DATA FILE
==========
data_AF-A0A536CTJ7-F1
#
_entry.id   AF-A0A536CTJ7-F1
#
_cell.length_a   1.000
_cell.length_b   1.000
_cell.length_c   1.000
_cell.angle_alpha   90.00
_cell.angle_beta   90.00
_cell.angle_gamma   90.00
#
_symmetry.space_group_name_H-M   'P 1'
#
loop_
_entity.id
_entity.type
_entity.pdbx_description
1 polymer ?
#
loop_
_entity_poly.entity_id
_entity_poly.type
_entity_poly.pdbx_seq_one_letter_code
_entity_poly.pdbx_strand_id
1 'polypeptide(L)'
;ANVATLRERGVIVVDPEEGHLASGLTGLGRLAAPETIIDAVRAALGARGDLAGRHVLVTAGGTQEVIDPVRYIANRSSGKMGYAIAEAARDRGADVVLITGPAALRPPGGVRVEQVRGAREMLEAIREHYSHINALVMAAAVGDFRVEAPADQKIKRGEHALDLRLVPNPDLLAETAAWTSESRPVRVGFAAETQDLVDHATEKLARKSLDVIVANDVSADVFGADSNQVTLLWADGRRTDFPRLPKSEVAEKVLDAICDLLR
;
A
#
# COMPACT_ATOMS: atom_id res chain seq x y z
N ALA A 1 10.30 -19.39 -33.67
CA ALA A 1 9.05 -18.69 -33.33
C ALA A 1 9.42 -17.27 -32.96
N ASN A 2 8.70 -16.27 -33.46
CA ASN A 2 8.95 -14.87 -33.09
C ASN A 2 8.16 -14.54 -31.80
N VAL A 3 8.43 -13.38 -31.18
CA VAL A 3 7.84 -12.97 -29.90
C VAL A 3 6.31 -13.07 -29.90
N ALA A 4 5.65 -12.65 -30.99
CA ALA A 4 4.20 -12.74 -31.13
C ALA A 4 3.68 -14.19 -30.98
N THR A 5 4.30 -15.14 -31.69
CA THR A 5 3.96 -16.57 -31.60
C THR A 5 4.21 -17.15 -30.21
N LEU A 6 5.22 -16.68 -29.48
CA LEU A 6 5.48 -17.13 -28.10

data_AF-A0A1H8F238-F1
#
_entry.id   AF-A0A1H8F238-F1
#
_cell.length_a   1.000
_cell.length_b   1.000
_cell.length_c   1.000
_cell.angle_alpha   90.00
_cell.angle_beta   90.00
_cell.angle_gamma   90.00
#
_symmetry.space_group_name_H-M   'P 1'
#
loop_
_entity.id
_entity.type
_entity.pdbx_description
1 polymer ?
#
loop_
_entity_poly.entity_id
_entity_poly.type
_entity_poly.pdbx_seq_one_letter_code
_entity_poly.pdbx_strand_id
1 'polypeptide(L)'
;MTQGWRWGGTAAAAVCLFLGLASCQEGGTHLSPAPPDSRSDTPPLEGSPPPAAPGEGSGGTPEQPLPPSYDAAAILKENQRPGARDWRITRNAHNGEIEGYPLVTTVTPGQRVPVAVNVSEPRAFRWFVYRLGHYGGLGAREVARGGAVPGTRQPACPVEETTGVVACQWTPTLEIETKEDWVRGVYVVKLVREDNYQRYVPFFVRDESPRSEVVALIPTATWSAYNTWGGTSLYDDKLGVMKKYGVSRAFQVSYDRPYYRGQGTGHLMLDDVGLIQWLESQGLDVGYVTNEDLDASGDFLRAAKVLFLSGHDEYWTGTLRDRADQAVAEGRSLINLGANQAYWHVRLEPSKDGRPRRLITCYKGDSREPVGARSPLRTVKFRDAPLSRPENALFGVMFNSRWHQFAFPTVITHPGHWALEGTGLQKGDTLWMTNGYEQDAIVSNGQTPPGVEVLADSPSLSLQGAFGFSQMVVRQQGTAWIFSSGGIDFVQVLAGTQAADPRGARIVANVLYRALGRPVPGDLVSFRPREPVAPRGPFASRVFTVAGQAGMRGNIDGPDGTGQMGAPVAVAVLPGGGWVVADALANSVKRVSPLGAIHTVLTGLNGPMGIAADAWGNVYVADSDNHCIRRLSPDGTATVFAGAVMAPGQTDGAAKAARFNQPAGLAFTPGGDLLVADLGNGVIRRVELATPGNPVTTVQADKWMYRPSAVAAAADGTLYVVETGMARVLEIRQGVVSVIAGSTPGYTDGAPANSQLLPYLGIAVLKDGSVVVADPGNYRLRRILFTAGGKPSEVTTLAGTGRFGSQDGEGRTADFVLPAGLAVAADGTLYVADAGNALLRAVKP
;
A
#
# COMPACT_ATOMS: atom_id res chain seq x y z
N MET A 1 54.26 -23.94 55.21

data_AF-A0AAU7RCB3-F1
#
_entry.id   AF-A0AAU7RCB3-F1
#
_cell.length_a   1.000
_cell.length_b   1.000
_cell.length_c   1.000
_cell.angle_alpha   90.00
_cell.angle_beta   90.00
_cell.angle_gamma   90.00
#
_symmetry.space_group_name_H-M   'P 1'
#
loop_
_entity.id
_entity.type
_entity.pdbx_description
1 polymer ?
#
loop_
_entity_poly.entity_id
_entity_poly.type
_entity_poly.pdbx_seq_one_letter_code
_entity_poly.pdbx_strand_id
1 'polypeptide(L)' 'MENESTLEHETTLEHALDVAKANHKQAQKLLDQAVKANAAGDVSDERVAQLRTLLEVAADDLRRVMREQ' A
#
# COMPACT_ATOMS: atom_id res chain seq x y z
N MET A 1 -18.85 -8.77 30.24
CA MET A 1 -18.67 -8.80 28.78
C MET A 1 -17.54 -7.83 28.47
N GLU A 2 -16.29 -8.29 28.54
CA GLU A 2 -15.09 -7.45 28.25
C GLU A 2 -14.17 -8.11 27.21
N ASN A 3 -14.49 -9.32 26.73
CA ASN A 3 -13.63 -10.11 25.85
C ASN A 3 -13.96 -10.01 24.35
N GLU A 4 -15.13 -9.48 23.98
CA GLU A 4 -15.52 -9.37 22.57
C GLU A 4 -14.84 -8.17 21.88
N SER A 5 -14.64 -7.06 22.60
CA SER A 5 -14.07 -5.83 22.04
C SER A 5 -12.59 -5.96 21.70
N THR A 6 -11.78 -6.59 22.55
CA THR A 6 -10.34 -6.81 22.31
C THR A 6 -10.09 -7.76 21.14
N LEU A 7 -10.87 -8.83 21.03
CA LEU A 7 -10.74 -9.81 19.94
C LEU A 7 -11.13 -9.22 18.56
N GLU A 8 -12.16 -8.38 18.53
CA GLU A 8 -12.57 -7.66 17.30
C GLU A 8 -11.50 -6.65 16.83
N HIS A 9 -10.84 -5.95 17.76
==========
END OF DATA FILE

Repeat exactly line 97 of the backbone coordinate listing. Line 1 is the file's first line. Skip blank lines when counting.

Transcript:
#